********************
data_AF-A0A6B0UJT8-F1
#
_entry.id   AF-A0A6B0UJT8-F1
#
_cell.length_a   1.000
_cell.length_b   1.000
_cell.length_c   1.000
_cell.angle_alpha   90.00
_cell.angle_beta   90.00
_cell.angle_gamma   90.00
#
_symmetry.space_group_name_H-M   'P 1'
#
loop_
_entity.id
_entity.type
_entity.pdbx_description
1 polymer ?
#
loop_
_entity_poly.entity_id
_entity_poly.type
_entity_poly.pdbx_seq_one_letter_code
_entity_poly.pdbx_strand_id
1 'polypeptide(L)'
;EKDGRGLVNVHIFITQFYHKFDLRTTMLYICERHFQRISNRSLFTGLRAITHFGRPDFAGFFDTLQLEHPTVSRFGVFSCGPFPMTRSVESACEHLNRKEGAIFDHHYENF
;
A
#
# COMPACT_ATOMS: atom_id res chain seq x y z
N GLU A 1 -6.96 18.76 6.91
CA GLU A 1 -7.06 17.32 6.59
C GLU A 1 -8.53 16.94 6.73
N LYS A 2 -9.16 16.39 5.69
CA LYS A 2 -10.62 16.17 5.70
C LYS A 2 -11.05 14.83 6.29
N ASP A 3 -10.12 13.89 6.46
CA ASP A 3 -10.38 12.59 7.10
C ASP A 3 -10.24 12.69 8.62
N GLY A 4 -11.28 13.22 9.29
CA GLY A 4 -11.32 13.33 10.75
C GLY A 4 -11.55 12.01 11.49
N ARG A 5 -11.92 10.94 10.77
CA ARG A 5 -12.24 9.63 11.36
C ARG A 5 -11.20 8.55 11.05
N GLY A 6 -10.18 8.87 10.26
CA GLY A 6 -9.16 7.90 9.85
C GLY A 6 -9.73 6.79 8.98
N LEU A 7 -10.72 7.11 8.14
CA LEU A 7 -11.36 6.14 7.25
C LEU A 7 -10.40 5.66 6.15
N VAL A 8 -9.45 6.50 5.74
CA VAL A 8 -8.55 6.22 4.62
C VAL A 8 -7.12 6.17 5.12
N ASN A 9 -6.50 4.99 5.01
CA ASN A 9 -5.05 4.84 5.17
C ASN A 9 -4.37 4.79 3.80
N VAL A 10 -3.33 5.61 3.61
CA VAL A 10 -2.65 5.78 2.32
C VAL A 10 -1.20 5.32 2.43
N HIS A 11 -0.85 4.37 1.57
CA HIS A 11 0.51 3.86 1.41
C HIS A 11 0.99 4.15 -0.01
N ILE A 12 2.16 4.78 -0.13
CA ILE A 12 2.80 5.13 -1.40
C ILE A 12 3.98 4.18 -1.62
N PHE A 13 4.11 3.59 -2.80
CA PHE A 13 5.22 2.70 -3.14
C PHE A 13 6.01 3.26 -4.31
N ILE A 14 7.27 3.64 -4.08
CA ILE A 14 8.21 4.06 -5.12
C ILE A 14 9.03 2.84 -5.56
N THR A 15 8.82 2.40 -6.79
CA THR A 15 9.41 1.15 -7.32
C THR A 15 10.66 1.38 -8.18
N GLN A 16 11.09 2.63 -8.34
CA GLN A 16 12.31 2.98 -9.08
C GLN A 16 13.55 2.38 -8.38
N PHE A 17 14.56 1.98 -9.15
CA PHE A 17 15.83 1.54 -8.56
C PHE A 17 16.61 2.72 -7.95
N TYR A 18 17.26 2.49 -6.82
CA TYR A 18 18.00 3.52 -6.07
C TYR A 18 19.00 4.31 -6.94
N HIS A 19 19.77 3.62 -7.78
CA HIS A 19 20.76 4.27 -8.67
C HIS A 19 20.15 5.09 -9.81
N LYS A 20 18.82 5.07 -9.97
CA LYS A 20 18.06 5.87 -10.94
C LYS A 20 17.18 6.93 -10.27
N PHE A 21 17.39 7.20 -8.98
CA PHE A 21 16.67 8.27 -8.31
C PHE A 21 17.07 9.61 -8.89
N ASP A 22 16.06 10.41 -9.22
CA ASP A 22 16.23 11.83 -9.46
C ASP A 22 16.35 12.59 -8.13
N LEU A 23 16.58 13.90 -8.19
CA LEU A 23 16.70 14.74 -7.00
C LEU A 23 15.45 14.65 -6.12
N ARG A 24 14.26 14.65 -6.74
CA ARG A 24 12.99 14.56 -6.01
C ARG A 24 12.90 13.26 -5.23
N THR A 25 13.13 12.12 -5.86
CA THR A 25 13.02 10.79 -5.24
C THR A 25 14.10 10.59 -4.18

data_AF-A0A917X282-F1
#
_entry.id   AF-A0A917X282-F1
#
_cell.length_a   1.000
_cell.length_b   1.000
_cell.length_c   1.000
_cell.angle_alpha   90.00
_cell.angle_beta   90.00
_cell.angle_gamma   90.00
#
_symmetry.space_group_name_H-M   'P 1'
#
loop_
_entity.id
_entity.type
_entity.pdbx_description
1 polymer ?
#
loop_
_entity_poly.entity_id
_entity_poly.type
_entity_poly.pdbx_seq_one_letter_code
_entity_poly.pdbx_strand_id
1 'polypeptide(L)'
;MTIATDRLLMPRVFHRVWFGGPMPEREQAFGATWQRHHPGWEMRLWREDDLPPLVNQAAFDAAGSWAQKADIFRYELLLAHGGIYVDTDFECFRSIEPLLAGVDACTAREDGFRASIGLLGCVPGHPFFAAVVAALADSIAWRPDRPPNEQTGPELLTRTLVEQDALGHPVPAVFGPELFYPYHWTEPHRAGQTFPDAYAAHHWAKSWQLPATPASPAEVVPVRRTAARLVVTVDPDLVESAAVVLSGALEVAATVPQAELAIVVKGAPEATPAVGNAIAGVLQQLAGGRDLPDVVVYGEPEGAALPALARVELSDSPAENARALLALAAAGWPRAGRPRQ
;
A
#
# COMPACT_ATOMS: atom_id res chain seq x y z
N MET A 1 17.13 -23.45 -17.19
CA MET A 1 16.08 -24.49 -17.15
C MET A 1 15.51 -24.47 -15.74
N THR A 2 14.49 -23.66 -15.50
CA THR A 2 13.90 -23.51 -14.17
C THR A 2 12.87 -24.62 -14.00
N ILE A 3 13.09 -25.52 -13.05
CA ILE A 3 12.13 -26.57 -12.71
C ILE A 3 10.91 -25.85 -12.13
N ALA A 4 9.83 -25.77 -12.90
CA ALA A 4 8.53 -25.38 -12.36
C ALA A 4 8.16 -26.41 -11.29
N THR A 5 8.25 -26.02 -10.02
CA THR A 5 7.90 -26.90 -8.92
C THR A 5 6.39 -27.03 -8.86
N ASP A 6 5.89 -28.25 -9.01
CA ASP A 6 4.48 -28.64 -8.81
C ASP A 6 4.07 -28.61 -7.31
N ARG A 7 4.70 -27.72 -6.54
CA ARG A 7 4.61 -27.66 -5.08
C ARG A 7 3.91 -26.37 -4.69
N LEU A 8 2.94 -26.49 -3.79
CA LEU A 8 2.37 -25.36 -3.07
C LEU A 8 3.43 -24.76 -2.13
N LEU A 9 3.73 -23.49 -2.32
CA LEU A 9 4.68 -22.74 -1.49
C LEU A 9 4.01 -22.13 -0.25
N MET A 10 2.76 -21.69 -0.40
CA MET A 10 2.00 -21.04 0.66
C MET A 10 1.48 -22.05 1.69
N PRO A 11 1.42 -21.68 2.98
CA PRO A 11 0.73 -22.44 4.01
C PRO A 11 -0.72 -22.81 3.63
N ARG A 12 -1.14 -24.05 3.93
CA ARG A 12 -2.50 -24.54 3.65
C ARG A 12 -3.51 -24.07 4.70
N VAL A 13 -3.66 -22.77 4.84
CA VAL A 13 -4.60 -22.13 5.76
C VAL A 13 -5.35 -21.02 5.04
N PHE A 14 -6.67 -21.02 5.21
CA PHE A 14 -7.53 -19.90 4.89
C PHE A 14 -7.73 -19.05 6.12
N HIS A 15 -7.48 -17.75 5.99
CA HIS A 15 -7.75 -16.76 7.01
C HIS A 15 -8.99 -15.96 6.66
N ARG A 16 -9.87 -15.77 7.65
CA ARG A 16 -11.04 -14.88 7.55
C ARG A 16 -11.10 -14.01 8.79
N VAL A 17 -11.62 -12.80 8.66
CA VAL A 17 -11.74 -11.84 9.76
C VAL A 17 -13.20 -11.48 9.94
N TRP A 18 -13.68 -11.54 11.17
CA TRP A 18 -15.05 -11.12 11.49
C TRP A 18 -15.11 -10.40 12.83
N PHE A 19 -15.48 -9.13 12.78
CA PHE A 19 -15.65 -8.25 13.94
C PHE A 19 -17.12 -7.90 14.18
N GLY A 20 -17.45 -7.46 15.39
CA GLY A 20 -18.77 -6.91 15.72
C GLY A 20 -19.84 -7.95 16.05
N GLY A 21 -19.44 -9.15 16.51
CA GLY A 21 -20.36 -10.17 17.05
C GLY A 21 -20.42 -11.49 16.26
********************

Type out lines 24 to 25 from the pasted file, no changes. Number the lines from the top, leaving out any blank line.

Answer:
_entity_poly.pdbx_strand_id
1 'polypeptide(L)'